Pakistan’s former dictator General Pervez Musharraf who died in Dubai on Sunday due to prolonged illness, earned the ignominy of being the first military ruler to receive capital punishment in the country’s history for subverting the Constitution in 2007.
Musharraf, 79, who was suffering from amyloidosis, a rare disease caused by a build-up of an abnormal protein called amyloid in organs and tissues throughout the body, shifted to Dubai in 2016.
In December 2019, a Pakistani court sentenced Musharaff to death in absentia in the high treason case.
The case dates back to November 2007, when Musharraf, as Pakistan’s President, suspended the Constitution and imposed emergency rule to prolong his tenure.
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He subsequently resigned in 2008 to avoid the threat of impeachment.
When Nawaz Sharif, his bete noire, whom he deposed in the 1999 coup – returned to power in 2013, he initiated a treason trial against Musharraf.
In March 2014, the former general was charged for high treason, even though he claimed that the case was politically motivated.
A three-member bench of the special court, headed by Peshawar High Court Chief Justice Waqar Ahmad Seth, pronounced the verdict in the landmark case.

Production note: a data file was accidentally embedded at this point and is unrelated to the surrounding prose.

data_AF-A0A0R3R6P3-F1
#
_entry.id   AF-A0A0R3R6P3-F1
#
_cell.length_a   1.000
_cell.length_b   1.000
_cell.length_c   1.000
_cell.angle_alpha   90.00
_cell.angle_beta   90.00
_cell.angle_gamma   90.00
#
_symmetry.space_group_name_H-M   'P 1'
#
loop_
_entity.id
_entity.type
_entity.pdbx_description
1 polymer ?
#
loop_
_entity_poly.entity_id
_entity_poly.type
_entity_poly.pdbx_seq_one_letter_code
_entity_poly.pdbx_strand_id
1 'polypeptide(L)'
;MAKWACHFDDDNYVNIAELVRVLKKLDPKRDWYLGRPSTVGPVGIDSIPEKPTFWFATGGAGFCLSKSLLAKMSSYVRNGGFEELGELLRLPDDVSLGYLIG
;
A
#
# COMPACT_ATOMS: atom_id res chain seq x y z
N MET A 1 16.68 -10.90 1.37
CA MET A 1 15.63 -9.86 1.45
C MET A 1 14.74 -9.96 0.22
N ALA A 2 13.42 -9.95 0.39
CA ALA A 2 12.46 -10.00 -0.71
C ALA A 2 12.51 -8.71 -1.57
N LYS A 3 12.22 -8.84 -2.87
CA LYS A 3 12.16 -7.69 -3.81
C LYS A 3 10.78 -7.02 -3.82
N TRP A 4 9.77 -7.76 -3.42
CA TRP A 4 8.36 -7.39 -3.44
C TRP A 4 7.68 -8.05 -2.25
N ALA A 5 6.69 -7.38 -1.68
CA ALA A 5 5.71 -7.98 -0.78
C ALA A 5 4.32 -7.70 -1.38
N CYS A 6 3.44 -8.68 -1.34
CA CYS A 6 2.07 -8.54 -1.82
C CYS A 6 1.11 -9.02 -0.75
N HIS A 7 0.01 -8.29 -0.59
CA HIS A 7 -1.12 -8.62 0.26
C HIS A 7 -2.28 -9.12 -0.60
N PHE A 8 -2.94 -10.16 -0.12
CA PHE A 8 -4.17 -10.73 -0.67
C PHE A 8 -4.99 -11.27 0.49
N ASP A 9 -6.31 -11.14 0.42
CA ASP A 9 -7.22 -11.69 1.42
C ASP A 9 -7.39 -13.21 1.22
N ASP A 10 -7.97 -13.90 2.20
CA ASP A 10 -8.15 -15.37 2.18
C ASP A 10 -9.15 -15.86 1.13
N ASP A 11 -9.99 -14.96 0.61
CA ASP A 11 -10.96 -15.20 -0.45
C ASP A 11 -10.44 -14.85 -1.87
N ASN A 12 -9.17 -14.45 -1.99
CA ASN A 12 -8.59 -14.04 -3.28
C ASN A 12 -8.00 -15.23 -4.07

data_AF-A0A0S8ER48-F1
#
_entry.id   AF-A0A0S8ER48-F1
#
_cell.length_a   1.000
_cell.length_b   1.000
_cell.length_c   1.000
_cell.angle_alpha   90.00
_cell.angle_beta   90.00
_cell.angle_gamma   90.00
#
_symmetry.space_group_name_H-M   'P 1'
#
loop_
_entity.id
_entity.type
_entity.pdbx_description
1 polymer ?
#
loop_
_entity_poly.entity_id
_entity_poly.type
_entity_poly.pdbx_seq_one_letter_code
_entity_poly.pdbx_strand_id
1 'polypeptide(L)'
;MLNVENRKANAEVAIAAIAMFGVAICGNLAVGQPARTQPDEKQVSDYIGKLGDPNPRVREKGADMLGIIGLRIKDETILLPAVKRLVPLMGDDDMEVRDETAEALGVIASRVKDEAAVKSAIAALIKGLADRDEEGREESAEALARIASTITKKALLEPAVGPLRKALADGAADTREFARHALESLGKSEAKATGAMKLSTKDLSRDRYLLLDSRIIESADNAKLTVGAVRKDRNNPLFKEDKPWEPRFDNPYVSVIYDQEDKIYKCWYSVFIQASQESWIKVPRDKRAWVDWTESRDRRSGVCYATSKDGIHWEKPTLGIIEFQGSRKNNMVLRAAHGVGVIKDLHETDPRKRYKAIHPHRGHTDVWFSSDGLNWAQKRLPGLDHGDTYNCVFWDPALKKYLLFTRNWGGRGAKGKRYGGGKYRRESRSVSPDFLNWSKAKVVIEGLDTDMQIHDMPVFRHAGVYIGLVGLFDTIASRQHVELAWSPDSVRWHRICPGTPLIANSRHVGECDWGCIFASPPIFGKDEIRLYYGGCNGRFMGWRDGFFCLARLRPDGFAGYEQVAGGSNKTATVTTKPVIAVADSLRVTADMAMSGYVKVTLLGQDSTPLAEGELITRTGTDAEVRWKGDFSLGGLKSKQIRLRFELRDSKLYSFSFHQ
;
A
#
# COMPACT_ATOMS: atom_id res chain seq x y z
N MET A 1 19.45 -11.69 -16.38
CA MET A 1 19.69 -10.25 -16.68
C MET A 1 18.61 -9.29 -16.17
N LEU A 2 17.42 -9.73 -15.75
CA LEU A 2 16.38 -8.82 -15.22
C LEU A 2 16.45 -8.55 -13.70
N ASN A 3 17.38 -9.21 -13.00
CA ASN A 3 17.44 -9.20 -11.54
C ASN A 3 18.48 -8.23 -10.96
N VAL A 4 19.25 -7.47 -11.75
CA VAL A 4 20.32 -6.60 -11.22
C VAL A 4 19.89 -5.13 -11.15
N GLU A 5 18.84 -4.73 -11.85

The court found the ex-president, who relocated to Dubai on self-exile, guilty of high treason by abrogating the Constitution and imposing extra-constitutional emergency in Pakistan in November 2007 and handed him the death sentence.
Musharraf thus earned the ignominy of being the first military ruler convicted for subverting the Constitution.
Though he was not the first General to do so.
Three Pakistan Army chiefs including Gen Ayub Khan, Gen Yahya Khan and Gen Zia-ul-Haq also abrogated the Constitution, but they never faced any court. Musharraf’s sentencing was a highly significant moment in Pakistan where the powerful military has ruled the country for nearly half of its 75-year history.
Musharraf seized power by ousting Sharif in a 1999 bloodless coup.
He served as Pakistan’s president from 2001 to 2008.